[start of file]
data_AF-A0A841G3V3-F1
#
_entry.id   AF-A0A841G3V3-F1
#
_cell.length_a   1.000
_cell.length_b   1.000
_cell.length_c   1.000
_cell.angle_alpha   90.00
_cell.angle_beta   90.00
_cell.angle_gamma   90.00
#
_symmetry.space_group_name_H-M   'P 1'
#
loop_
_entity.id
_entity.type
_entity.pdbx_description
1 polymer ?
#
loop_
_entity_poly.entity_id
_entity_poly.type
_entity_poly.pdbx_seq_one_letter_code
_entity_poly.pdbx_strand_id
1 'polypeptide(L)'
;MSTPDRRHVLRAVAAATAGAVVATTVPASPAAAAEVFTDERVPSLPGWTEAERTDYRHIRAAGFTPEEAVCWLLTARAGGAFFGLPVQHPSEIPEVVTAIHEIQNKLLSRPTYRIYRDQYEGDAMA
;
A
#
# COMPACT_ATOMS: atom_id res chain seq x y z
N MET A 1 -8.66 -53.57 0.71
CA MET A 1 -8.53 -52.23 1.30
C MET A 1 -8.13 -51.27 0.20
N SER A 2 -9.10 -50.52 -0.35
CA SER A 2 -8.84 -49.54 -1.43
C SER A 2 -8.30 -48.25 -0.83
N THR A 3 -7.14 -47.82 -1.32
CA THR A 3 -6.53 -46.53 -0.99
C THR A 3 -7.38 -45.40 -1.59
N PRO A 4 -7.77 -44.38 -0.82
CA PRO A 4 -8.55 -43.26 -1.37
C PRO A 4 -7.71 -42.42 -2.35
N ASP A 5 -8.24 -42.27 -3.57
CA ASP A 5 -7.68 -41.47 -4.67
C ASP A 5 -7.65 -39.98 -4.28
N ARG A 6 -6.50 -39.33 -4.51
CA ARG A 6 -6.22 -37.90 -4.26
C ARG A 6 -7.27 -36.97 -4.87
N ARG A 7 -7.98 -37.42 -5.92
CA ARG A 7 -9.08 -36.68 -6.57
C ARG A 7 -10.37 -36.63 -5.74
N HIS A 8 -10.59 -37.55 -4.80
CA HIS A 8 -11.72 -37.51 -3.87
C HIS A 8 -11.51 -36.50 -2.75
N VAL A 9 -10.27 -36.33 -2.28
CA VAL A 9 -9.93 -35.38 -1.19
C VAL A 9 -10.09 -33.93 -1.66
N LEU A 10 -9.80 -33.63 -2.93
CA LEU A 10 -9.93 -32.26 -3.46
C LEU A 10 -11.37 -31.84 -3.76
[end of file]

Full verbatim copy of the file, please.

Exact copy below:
data_AF-A0A841G3V3-F1
#
_entry.id   AF-A0A841G3V3-F1
#
_cell.length_a   1.000
_cell.length_b   1.000
_cell.length_c   1.000
_cell.angle_alpha   90.00
_cell.angle_beta   90.00
_cell.angle_gamma   90.00
#
_symmetry.space_group_name_H-M   'P 1'
#
loop_
_entity.id
_entity.type
_entity.pdbx_description
1 polymer ?
#
loop_
_entity_poly.entity_id
_entity_poly.type
_entity_poly.pdbx_seq_one_letter_code
_entity_poly.pdbx_strand_id
1 'polypeptide(L)'
;MSTPDRRHVLRAVAAATAGAVVATTVPASPAAAAEVFTDERVPSLPGWTEAERTDYRHIRAAGFTPEEAVCWLLTARAGGAFFGLPVQHPSEIPEVVTAIHEIQNKLLSRPTYRIYRDQYEGDAMA
;
A
#
# COMPACT_ATOMS: atom_id res chain seq x y z
N MET A 1 -8.66 -53.57 0.71
CA MET A 1 -8.53 -52.23 1.30
C MET A 1 -8.13 -51.27 0.20
N SER A 2 -9.10 -50.52 -0.35
CA SER A 2 -8.84 -49.54 -1.43
C SER A 2 -8.30 -48.25 -0.83
N THR A 3 -7.14 -47.82 -1.32
CA THR A 3 -6.53 -46.53 -0.99
C THR A 3 -7.38 -45.40 -1.59
N PRO A 4 -7.77 -44.38 -0.82
CA PRO A 4 -8.55 -43.26 -1.37
C PRO A 4 -7.71 -42.42 -2.35
N ASP A 5 -8.24 -42.27 -3.57
CA ASP A 5 -7.68 -41.47 -4.67
C ASP A 5 -7.65 -39.98 -4.28
N ARG A 6 -6.50 -39.33 -4.51
CA ARG A 6 -6.22 -37.90 -4.26
C ARG A 6 -7.27 -36.97 -4.87
N ARG A 7 -7.98 -37.42 -5.92
CA ARG A 7 -9.08 -36.68 -6.57
C ARG A 7 -10.37 -36.63 -5.74
N HIS A 8 -10.59 -37.55 -4.80
CA HIS A 8 -11.72 -37.51 -3.87
C HIS A 8 -11.51 -36.50 -2.75
N VAL A 9 -10.27 -36.33 -2.28
CA VAL A 9 -9.93 -35.38 -1.19
C VAL A 9 -10.09 -33.93 -1.66
N LEU A 10 -9.80 -33.63 -2.93
CA LEU A 10 -9.93 -32.26 -3.46
C LEU A 10 -11.37 -31.84 -3.76